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Coronavirus Is Throwing the Watch Industry Into Difficult Times

Sophie Furley

Canceled showcases. Vanishing consumers. A broken supply chain.

Every global industry is feeling the effects of coronavirus, and the watch sector is no exception.

Watches & Wonders (formerly SIHH)

Both of its international trade fairs—Watches & Wonders, previously known as SIHH, and Baselworld—were called off last week, leaving brands without a stage to present their new products.

“These cancellations will certainly have an impact,” says Jean-Daniel Pasche, president of the Federation of the Swiss Watch Industry, a leading trade group. Smaller brands in particular will feel the pain, he says. “They will need to find alternative ways to present their products, which is not obvious.”

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Switzerland, the epicenter of the watch industry, is among the countries most affected by coronavirus. The Swiss government has banned any gatherings over 1,000 people as a precaution against the spread of the virus, which stood at 210 known cases and one death at the time of this publication.

These spring fairs are key moments in the horological calendar when the watch world unites to see, touch and purchase new collections for the upcoming year. They are the fashion shows of the watch industry—and without them, brands are trying to find solutions to reach retailers and journalists.

“A lot of the communication that normally happens during the events in Basel will shift towards digital,” says Rolf Studer, co-CEO of luxury manufacturer Oris. “It is a pity not to be able to see our team, customers, press and consumers from around the world, but given the circumstances, this is the better and safer choice.”

“However, this unfortunate situation is also an opportunity to try new forms of communication, new digital tools,” Studer says.

Stéphane Waser, the managing director of Maurice Lacroix, which was also planning to exhibit at Baselworld, agrees: “This change calls for flexibility and the reactivity of our teams. We are going to substitute our planned meetings with others in order to maintain contact with our distribution network so we can present our new timepieces.”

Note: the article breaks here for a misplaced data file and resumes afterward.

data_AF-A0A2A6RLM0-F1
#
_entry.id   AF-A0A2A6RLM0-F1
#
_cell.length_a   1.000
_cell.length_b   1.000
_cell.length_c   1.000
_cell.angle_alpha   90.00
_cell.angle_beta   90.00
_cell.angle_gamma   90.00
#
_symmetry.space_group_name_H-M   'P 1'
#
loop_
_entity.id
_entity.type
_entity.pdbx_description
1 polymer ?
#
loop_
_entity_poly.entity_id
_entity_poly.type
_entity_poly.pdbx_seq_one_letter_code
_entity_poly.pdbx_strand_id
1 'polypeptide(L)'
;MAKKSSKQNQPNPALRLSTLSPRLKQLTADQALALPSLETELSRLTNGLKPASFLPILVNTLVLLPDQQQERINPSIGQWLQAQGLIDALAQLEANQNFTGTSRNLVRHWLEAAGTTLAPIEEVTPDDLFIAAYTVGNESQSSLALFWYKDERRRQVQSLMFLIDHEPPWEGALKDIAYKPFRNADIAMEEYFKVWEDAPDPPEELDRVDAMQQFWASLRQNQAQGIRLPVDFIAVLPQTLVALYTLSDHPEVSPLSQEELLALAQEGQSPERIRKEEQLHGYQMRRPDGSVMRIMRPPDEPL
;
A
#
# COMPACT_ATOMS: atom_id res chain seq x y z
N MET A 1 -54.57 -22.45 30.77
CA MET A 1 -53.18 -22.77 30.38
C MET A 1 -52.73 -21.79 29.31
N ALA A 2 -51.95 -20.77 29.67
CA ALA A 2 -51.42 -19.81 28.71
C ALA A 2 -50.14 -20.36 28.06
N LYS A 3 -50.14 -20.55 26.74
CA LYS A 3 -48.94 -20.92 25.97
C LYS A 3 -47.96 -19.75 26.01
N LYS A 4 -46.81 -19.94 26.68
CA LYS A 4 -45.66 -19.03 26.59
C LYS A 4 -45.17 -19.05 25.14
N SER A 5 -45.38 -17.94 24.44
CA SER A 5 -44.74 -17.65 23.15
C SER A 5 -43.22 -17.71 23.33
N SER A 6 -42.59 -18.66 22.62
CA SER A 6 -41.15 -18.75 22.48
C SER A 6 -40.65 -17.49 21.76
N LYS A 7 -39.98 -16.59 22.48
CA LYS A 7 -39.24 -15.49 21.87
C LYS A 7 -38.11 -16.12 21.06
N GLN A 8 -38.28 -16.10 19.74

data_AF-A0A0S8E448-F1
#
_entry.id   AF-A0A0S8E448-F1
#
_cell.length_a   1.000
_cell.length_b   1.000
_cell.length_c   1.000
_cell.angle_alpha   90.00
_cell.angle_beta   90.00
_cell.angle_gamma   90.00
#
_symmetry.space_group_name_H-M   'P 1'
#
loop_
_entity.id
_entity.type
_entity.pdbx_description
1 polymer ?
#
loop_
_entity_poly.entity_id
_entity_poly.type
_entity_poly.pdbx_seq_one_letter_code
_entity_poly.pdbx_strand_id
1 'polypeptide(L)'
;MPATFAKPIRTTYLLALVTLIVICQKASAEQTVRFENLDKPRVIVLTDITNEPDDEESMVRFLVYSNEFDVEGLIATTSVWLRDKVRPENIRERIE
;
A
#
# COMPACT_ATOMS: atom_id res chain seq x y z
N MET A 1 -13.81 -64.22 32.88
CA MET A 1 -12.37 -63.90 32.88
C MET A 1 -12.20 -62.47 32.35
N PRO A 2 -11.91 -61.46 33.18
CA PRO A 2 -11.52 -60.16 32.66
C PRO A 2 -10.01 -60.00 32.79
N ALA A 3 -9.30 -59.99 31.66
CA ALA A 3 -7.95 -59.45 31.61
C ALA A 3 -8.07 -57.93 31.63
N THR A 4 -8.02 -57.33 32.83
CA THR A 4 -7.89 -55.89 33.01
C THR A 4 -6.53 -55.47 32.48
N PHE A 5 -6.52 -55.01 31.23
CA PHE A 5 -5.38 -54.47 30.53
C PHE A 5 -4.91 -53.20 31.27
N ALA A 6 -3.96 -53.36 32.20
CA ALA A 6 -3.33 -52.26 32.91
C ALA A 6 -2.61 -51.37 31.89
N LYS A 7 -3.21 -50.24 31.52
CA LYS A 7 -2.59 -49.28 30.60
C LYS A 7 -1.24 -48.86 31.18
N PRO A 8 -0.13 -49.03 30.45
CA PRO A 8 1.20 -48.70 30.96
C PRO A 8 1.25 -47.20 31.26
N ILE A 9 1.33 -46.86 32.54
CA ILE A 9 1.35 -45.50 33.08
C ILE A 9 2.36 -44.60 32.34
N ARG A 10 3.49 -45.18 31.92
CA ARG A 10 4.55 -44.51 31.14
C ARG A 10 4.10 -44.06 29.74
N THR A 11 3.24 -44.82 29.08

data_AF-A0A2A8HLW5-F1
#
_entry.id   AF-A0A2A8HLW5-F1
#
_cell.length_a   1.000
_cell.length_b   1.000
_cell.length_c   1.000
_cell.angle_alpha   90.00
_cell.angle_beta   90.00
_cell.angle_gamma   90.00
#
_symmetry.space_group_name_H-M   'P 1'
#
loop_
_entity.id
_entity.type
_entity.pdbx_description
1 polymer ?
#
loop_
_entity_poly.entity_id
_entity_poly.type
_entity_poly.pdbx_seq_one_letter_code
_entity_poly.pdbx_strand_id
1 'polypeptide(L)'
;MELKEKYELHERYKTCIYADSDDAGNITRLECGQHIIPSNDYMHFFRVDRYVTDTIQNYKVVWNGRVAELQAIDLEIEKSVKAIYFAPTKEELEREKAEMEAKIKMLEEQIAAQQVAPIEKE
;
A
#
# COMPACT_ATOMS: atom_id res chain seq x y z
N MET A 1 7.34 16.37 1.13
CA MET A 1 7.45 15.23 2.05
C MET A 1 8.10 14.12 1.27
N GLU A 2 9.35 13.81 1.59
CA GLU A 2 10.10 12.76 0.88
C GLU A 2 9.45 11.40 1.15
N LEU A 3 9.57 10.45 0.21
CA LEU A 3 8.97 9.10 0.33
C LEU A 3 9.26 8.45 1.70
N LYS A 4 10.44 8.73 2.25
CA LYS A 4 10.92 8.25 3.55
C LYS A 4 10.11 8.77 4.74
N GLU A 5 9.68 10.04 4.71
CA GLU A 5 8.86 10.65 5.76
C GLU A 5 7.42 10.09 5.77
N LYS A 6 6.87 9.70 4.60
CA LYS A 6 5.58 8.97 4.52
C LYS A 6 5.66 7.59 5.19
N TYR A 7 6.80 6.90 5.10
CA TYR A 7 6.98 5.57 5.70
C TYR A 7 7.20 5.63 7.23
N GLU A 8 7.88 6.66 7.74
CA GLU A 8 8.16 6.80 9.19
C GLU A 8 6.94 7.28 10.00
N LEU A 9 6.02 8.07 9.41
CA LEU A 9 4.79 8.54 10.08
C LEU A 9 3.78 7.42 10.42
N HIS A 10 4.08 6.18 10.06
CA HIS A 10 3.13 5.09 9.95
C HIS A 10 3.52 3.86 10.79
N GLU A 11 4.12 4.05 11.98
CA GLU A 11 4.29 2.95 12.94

Michel Loris-Melikoff

Baselworld itself has been working on a digital platform to unite its 700 brands, 80,000 physical visitors and 3,500 journalists so that it can support its partners to promote the visibility of their new timepieces, says its managing director, Michel Loris-Melikoff. “We will now push it even stronger and offer on this platform a digital Baselworld experience, which of course can never replace the live experience, but connects the entire community.”

But what about the smaller brands? It’s easier for large organizations to keep in digital contact with their retail network, thanks to their larger budgets.

“The cancellation of Baselworld means that we will need to get closer to our clients with more unique and bespoke pieces, which is what they want…However, traffic and sales are down in our points of sale, which is challenging,” says Yvan Arpa, founder of boutique manufacturer Artya.

Several brands have decided to still exhibit in Switzerland on the same dates as the big fairs were planned—only they will be exhibiting in suites in Geneva’s luxury hotels to avoid large gatherings. Calling their collective events, the “Geneva Watch Days”, these mini-shows may still not run as there is no knowing where the coronavirus is going. The World Health Organization is calling the current situation “uncharted territory.”

The situation in China is where the biggest damage is occurring. According to Bain & Company’s latest report, Chinese consumers represent 33 percent of the global luxury market, a percentage that is hurting many luxury brands. It isn’t only at home where the Chinese are not shopping; they are not traveling either, impacting the world’s major tourist spots and their luxury boutiques.

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Another, potentially long-lasting consequence of the coronavirus is the break of manufacturing in China. Many watch companies source components from China. With the closure of factories, manufacturing is behind schedule, which will have repercussions for production capacity and order fulfillment in Switzerland, too. “The coronavirus showed us how dependent on China the watch industry is. Not only from a commercial/retail point of view but also for the supply of watch components,” says Alexander Friedman, cofounder of Watchonista, a watch-specialist website.

Aside from being a serious health threat, the coronavirus is sending ripples through just about every industry worldwide. And the watch sector is searching for solutions just like everyone else.

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